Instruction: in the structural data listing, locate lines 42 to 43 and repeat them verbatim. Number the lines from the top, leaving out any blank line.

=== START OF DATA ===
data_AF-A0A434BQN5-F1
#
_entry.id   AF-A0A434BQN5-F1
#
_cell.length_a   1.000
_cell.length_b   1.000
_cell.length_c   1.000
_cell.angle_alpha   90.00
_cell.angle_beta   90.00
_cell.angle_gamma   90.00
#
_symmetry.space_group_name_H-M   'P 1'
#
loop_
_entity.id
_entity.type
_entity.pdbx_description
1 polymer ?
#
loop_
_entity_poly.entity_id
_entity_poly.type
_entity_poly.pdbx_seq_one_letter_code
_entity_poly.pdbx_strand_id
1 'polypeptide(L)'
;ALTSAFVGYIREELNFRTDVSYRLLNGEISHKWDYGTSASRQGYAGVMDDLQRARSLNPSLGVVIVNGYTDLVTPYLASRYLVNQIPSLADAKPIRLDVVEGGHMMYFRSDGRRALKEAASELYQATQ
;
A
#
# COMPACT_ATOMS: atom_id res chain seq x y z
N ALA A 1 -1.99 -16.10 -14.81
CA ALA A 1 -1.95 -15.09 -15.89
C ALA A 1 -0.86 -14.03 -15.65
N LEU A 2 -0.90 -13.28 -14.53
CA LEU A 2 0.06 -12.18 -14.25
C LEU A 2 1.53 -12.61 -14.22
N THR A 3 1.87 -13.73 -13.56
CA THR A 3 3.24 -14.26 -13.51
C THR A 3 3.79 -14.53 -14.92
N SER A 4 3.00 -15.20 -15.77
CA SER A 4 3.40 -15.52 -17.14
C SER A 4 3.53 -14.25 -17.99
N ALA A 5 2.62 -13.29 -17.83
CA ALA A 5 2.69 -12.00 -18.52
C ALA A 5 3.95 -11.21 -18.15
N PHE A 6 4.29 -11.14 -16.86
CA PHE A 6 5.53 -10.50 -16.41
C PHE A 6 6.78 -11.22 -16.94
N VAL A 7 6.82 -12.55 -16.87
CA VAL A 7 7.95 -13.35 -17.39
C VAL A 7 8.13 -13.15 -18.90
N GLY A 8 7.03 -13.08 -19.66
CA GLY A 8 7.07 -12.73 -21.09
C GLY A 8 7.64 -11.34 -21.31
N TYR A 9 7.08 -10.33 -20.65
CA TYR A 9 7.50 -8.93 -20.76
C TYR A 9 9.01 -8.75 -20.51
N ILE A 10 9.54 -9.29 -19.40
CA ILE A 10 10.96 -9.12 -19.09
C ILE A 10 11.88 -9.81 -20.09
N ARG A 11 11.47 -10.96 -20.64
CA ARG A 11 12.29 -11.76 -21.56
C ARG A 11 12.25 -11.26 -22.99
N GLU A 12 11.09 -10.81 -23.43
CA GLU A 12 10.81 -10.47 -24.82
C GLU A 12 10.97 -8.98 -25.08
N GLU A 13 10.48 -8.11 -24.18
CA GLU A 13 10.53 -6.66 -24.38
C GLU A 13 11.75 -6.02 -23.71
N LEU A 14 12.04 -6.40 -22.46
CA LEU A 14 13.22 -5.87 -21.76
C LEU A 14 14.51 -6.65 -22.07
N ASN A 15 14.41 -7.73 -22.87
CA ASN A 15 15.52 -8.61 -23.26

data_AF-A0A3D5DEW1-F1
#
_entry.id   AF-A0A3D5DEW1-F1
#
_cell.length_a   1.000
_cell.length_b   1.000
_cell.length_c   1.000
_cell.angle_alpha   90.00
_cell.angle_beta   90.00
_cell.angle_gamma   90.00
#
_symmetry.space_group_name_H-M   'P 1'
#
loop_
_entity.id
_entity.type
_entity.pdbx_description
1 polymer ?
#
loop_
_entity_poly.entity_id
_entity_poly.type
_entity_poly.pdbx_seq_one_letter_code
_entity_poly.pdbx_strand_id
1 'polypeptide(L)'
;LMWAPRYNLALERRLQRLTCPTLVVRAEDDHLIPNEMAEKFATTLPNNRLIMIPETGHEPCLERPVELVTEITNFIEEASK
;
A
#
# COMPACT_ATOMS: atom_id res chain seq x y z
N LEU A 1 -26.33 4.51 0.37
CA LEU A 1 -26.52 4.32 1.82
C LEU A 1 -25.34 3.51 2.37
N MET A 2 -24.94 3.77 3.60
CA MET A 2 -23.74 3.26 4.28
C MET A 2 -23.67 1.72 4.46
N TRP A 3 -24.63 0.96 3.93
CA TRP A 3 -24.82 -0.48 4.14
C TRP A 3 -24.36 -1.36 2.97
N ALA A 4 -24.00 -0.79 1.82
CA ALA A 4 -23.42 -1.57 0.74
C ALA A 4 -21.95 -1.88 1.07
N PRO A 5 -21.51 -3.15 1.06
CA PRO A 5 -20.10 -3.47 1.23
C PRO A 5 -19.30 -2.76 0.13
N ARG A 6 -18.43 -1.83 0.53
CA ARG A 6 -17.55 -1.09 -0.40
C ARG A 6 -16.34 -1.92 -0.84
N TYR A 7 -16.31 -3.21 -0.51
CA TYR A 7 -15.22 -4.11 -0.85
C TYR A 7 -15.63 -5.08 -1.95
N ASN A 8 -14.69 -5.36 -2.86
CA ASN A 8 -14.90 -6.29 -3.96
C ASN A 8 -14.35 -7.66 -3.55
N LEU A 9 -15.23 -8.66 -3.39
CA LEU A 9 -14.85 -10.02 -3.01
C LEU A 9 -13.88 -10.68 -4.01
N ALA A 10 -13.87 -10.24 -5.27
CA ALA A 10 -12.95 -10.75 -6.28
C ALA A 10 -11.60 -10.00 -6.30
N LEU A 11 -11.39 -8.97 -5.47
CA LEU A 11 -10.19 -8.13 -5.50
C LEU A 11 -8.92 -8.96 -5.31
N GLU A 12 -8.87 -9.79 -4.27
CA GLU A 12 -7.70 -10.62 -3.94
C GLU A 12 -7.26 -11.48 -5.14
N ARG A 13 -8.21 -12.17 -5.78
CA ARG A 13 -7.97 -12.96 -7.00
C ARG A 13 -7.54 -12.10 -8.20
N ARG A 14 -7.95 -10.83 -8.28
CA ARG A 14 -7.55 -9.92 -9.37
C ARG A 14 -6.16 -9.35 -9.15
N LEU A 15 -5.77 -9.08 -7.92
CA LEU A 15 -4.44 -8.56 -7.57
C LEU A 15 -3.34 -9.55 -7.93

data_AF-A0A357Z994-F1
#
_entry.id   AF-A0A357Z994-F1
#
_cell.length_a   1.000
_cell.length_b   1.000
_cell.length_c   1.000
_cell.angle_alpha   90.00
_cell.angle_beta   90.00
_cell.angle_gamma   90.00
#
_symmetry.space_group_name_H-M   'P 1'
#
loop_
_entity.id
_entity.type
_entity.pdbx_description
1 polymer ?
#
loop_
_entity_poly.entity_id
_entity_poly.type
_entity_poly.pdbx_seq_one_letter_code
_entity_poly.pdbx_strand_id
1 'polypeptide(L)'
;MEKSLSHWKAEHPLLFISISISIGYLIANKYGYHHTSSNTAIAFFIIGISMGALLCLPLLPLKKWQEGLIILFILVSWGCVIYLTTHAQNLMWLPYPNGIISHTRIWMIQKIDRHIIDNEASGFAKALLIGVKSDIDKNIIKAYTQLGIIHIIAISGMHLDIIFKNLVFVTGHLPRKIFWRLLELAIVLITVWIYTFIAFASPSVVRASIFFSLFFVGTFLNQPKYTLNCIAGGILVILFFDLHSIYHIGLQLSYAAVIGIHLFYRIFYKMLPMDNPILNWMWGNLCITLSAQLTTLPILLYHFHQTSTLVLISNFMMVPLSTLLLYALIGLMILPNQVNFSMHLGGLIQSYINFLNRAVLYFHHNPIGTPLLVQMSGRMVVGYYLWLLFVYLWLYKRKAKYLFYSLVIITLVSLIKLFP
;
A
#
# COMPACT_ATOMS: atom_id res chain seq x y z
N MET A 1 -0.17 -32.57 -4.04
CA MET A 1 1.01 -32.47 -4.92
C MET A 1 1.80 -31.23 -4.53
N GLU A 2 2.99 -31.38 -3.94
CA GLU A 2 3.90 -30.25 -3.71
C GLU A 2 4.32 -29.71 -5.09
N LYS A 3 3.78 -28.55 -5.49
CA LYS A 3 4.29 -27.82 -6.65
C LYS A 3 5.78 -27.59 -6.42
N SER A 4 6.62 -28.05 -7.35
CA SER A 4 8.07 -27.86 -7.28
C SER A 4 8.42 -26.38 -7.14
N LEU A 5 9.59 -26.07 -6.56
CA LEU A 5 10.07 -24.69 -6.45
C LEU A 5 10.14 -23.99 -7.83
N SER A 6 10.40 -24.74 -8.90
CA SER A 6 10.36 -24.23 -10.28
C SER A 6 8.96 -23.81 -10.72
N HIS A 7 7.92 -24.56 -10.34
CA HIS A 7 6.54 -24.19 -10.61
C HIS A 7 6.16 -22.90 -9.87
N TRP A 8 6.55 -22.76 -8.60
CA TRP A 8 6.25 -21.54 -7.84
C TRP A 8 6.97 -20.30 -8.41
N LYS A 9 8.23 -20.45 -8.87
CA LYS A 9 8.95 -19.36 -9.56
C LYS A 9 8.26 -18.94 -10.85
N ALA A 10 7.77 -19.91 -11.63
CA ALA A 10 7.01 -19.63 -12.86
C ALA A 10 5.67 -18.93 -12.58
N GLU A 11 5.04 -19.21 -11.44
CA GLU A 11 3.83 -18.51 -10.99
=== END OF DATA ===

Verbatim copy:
C SER A 4 3.53 -14.25 -17.99
N ALA A 5 2.62 -13.29 -17.83